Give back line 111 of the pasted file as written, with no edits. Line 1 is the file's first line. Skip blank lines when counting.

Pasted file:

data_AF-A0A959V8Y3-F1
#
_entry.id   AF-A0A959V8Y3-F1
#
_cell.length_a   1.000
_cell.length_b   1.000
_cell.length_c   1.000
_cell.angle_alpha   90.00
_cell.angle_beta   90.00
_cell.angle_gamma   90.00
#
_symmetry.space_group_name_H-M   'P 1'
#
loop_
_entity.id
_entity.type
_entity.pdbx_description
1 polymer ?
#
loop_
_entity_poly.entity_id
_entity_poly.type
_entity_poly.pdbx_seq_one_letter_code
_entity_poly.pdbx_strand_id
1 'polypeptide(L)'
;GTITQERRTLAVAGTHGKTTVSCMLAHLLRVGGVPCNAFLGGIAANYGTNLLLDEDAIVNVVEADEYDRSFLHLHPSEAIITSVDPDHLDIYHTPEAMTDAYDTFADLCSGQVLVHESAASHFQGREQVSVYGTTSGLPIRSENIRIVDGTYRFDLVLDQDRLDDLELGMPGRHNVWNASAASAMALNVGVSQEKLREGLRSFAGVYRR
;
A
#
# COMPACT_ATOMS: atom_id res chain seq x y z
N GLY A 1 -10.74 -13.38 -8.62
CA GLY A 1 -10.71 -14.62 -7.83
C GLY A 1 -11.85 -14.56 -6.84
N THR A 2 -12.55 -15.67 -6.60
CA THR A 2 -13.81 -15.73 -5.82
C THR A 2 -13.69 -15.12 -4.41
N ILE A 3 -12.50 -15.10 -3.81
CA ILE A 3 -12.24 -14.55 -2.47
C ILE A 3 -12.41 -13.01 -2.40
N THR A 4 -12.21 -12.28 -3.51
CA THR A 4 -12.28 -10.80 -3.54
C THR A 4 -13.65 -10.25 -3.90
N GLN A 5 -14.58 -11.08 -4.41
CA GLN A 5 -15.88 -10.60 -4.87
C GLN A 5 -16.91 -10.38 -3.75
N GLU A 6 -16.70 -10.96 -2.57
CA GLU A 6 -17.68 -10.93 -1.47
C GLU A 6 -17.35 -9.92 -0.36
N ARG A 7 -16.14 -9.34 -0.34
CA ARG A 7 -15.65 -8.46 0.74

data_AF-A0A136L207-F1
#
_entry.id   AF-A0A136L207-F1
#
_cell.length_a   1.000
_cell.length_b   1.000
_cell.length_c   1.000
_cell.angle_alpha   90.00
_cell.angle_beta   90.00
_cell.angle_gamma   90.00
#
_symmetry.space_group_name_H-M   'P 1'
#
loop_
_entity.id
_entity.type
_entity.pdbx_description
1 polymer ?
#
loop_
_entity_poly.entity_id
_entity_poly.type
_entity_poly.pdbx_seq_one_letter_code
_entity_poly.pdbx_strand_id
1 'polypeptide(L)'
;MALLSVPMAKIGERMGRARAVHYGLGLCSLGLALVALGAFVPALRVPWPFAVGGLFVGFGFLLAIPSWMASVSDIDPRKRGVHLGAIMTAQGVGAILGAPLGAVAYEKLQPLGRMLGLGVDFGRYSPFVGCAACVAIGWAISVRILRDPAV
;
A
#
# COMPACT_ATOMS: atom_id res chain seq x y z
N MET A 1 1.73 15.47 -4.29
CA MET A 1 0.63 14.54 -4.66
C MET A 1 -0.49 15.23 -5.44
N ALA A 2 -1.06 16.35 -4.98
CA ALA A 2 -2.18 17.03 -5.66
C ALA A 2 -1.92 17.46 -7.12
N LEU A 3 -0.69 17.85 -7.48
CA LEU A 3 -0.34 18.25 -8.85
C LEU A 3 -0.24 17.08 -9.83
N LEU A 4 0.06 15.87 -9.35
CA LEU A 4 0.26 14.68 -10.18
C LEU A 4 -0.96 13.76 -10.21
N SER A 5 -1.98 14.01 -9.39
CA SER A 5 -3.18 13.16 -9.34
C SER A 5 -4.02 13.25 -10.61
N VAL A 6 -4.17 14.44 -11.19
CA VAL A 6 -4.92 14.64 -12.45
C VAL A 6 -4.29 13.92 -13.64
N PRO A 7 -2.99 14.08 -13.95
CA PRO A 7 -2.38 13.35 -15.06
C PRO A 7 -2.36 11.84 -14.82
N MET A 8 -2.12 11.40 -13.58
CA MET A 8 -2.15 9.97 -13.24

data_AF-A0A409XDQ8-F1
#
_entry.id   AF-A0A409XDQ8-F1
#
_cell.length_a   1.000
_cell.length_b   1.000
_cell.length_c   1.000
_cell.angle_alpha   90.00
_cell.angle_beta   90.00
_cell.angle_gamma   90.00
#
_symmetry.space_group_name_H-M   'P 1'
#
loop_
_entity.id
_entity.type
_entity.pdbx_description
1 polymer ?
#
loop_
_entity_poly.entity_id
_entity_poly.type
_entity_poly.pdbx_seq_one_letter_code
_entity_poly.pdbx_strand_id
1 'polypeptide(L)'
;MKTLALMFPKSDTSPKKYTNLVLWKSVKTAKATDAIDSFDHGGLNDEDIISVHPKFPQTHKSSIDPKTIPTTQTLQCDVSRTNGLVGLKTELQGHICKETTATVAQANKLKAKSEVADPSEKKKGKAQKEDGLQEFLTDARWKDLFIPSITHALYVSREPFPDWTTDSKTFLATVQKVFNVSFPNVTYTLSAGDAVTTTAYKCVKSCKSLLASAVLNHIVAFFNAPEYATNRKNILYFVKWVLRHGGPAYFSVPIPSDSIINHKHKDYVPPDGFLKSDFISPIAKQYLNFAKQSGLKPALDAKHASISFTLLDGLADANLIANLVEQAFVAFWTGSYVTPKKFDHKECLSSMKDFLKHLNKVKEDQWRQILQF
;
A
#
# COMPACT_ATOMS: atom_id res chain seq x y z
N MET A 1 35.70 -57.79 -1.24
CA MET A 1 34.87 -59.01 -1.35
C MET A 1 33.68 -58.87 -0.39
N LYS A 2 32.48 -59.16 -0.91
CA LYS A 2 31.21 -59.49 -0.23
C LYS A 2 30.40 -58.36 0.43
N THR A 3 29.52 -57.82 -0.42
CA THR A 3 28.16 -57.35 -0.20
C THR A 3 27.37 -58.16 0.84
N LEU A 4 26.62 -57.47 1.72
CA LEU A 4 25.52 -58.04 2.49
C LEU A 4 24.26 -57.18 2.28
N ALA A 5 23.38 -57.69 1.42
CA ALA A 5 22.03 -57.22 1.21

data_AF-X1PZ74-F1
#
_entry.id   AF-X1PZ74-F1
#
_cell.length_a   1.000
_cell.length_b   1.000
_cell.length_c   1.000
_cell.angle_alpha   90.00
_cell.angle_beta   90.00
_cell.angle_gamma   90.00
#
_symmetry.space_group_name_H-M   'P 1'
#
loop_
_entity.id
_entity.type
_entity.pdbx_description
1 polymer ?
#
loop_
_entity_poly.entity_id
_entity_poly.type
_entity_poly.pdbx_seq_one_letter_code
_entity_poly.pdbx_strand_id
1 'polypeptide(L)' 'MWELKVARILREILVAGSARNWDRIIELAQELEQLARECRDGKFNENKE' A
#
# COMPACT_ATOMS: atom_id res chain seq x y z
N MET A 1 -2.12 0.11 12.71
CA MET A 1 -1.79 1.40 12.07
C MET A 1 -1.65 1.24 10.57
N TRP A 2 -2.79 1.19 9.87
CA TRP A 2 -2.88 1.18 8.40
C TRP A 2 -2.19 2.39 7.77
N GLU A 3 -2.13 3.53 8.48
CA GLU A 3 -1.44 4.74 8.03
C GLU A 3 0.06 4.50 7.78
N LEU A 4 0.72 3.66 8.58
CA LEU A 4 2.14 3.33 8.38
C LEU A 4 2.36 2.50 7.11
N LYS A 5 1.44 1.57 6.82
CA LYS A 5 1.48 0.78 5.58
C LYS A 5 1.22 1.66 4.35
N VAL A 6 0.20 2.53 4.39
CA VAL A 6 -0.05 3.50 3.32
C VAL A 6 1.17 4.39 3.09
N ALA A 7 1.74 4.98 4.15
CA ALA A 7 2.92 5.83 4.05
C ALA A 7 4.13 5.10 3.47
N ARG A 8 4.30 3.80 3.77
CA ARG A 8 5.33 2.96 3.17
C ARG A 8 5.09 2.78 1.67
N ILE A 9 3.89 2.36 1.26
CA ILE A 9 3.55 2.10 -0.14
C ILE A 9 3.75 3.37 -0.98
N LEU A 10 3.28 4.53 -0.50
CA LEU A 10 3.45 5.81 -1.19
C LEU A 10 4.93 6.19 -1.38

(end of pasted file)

_cell.angle_alpha   90.00